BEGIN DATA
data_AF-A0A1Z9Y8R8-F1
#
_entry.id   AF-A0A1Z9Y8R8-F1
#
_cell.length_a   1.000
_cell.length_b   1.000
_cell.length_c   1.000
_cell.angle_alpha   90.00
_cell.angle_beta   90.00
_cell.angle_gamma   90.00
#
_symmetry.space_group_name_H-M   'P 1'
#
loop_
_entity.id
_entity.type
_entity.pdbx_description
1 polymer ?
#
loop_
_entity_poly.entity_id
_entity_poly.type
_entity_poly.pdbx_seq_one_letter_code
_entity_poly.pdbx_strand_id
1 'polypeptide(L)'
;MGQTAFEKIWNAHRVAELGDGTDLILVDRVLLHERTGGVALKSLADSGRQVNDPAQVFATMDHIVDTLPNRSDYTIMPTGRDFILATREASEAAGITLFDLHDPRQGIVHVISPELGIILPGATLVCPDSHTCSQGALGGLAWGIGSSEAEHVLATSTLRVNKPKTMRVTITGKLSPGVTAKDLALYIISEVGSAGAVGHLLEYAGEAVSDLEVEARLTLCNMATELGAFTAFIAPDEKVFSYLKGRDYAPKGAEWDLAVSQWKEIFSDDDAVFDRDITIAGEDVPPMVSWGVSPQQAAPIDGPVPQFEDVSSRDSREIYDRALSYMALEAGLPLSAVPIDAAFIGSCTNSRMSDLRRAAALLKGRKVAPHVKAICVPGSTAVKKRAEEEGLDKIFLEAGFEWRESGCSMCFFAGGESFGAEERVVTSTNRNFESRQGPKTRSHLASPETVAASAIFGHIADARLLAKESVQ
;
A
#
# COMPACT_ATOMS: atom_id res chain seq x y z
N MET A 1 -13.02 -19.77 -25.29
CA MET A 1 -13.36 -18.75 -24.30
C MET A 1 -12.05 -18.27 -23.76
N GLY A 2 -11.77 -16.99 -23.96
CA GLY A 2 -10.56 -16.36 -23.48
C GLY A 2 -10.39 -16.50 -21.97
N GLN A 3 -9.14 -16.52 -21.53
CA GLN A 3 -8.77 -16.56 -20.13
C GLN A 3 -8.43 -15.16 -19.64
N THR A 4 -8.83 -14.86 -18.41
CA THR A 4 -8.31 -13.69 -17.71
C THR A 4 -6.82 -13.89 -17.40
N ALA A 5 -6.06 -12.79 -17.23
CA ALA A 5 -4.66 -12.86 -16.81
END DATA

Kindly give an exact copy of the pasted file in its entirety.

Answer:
data_AF-A0A1Z9Y8R8-F1
#
_entry.id   AF-A0A1Z9Y8R8-F1
#
_cell.length_a   1.000
_cell.length_b   1.000
_cell.length_c   1.000
_cell.angle_alpha   90.00
_cell.angle_beta   90.00
_cell.angle_gamma   90.00
#
_symmetry.space_group_name_H-M   'P 1'
#
loop_
_entity.id
_entity.type
_entity.pdbx_description
1 polymer ?
#
loop_
_entity_poly.entity_id
_entity_poly.type
_entity_poly.pdbx_seq_one_letter_code
_entity_poly.pdbx_strand_id
1 'polypeptide(L)'
;MGQTAFEKIWNAHRVAELGDGTDLILVDRVLLHERTGGVALKSLADSGRQVNDPAQVFATMDHIVDTLPNRSDYTIMPTGRDFILATREASEAAGITLFDLHDPRQGIVHVISPELGIILPGATLVCPDSHTCSQGALGGLAWGIGSSEAEHVLATSTLRVNKPKTMRVTITGKLSPGVTAKDLALYIISEVGSAGAVGHLLEYAGEAVSDLEVEARLTLCNMATELGAFTAFIAPDEKVFSYLKGRDYAPKGAEWDLAVSQWKEIFSDDDAVFDRDITIAGEDVPPMVSWGVSPQQAAPIDGPVPQFEDVSSRDSREIYDRALSYMALEAGLPLSAVPIDAAFIGSCTNSRMSDLRRAAALLKGRKVAPHVKAICVPGSTAVKKRAEEEGLDKIFLEAGFEWRESGCSMCFFAGGESFGAEERVVTSTNRNFESRQGPKTRSHLASPETVAASAIFGHIADARLLAKESVQ
;
A
#
# COMPACT_ATOMS: atom_id res chain seq x y z
N MET A 1 -13.02 -19.77 -25.29
CA MET A 1 -13.36 -18.75 -24.30
C MET A 1 -12.05 -18.27 -23.76
N GLY A 2 -11.77 -16.99 -23.96
CA GLY A 2 -10.56 -16.36 -23.48
C GLY A 2 -10.39 -16.50 -21.97
N GLN A 3 -9.14 -16.52 -21.53
CA GLN A 3 -8.77 -16.56 -20.13
C GLN A 3 -8.43 -15.16 -19.64
N THR A 4 -8.83 -14.86 -18.41
CA THR A 4 -8.31 -13.69 -17.71
C THR A 4 -6.82 -13.89 -17.40
N ALA A 5 -6.06 -12.79 -17.23
CA ALA A 5 -4.66 -12.86 -16.81